11, 2008 at London’s World Travel Market, the premier annual exhibition of the global travel trade.
Rising from its sixth place ranking last year, Canada is recognized second and the United States rounds out the top three country brands in the 2008 study. Other countries making the top 10 include Italy, Switzerland and France. The CBI examines how countries are branded and ranked according to key criteria, and identifies emerging global trends in the world’s fastest growing economic sector – travel and tourism, which accounts for US$5.9 trillion of economic activity worldwide this year and more than 238 million jobs. The study also revealed that the Middle East, Africa and Asia are experiencing high growth for travel and tourism demand.
CBI, now in its fourth year, is a comprehensive study of approximately 2,700 international business and leisure travelers from nine countries conducted by FutureBrand, a leading global brand consultancy, in conjunction with public relations firm Weber Shandwick’s Global Travel & Lifestyle Practice. This year’s index includes rankings and trends as well as travel motivations, challenges and opportunities within the worlds of travel, tourism and country branding (visit http://www.countrybrandindex.com for complete results).
The CBI also identified China, the United Arab Emirates (UAE) and Croatia, respectively, as the top three “rising stars” – those likely to become major tourist destinations in the next five years. Also making the list this year are Vietnam, India and Cuba. In addition, this year’s CBI includes an in-depth report of how China fares post- Beijing Olympics.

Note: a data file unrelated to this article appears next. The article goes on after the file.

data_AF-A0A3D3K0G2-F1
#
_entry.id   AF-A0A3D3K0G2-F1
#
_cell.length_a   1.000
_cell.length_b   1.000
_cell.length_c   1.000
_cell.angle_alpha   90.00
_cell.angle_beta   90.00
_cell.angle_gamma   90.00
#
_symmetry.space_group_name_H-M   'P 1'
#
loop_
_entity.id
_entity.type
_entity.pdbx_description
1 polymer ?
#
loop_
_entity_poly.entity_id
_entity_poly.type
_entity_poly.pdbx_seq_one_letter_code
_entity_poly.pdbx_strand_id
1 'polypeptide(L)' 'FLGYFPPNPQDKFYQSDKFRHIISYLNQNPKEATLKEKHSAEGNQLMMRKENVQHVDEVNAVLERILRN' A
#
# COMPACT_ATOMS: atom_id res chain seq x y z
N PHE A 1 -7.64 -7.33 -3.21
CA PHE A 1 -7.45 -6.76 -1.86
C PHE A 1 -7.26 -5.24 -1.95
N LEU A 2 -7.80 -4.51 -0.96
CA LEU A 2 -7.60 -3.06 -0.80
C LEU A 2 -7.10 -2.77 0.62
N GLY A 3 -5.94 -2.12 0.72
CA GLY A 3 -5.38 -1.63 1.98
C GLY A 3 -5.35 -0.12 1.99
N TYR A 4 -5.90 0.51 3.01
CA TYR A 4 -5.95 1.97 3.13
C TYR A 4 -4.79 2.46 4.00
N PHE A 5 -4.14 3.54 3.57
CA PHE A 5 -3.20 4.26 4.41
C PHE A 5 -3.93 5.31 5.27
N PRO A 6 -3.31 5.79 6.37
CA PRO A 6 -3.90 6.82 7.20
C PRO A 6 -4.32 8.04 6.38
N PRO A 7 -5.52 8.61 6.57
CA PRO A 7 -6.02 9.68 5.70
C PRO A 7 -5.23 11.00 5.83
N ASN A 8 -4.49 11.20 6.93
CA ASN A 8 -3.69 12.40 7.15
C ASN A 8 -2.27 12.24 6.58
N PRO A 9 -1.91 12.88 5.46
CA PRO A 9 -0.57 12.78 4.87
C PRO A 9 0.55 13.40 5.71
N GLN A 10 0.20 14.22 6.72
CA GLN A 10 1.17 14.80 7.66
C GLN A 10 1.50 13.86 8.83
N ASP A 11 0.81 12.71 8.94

“In this our fourth year, it is exciting to see many countries embracing the idea of brand. However, we still feel this is a largely underdeveloped category with most countries continuing to promote and market themselves in ways that are not differentiated. Particularly in the coming years, country brands must improve both their strategic orientation as well as their delivery,” said Rina Plapler, senior executive director, FutureBrand.
This year’s CBI touches on a variety of topics relevant to travelers and tourism professionals including: intergenerational travel (represented by countries such as the U.S., Canada and Japan), medical tourism, mainstream luxury (represented by countries like Japan and Spain), ‘stay’cations and a rise in the off-the-beaten-track trips. Other notable trends this year focus on niche travel opportunities and the changing destination landscape.
“With the current state of the world— economic turmoil, political unrest and global warming—it’s always fascinating to see which countries come out on top in branding themselves, generating global recognition and fueling the travel and tourism industry,”
said René A. Mack, president, Weber Shandwick’s Travel & Lifestyle Global Practice.
The following are key highlights from this year’s Country Brand Index including six new brand categories denoted with an asterisk.
The 2008 Country Brand Index reports a number of emerging trends in travel and tourism that include: